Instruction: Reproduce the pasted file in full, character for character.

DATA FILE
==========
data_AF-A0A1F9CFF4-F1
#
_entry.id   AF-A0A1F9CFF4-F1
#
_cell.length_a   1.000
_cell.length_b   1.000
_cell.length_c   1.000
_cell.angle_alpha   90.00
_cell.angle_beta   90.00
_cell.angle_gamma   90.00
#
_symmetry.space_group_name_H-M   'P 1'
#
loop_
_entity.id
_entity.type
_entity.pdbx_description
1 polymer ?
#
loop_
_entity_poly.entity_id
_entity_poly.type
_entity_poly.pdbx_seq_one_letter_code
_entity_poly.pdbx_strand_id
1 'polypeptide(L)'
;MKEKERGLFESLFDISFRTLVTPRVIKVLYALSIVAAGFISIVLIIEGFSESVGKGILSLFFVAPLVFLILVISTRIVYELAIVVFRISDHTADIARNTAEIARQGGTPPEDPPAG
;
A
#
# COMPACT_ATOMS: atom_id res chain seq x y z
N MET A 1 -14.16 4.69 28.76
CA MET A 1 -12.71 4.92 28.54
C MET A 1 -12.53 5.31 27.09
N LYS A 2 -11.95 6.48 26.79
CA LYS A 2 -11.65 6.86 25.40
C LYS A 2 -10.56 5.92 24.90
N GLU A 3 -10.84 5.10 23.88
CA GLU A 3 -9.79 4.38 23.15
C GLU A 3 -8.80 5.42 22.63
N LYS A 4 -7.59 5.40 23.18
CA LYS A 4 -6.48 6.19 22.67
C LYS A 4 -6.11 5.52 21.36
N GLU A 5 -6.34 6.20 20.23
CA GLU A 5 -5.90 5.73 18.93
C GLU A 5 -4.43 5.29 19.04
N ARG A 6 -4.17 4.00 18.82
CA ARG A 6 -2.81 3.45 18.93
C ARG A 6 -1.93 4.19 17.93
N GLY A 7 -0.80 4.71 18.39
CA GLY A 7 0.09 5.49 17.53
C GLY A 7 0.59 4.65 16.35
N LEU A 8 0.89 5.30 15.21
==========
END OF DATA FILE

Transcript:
data_AF-A0A1F9CFF4-F1
#
_entry.id   AF-A0A1F9CFF4-F1
#
_cell.length_a   1.000
_cell.length_b   1.000
_cell.length_c   1.000
_cell.angle_alpha   90.00
_cell.angle_beta   90.00
_cell.angle_gamma   90.00
#
_symmetry.space_group_name_H-M   'P 1'
#
loop_
_entity.id
_entity.type
_entity.pdbx_description
1 polymer ?
#
loop_
_entity_poly.entity_id
_entity_poly.type
_entity_poly.pdbx_seq_one_letter_code
_entity_poly.pdbx_strand_id
1 'polypeptide(L)'
;MKEKERGLFESLFDISFRTLVTPRVIKVLYALSIVAAGFISIVLIIEGFSESVGKGILSLFFVAPLVFLILVISTRIVYELAIVVFRISDHTADIARNTAEIARQGGTPPEDPPAG
;
A
#
# COMPACT_ATOMS: atom_id res chain seq x y z
N MET A 1 -14.16 4.69 28.76
CA MET A 1 -12.71 4.92 28.54
C MET A 1 -12.53 5.31 27.09
N LYS A 2 -11.95 6.48 26.79
CA LYS A 2 -11.65 6.86 25.40
C LYS A 2 -10.56 5.92 24.90
N GLU A 3 -10.84 5.10 23.88
CA GLU A 3 -9.79 4.38 23.15
C GLU A 3 -8.80 5.42 22.63
N LYS A 4 -7.59 5.40 23.18
CA LYS A 4 -6.48 6.19 22.67
C LYS A 4 -6.11 5.52 21.36
N GLU A 5 -6.34 6.20 20.23
CA GLU A 5 -5.90 5.73 18.93
C GLU A 5 -4.43 5.29 19.04
N ARG A 6 -4.17 4.00 18.82
CA ARG A 6 -2.81 3.45 18.93
C ARG A 6 -1.93 4.19 17.93
N GLY A 7 -0.80 4.71 18.39
CA GLY A 7 0.09 5.49 17.53
C GLY A 7 0.59 4.65 16.35
N LEU A 8 0.89 5.30 15.21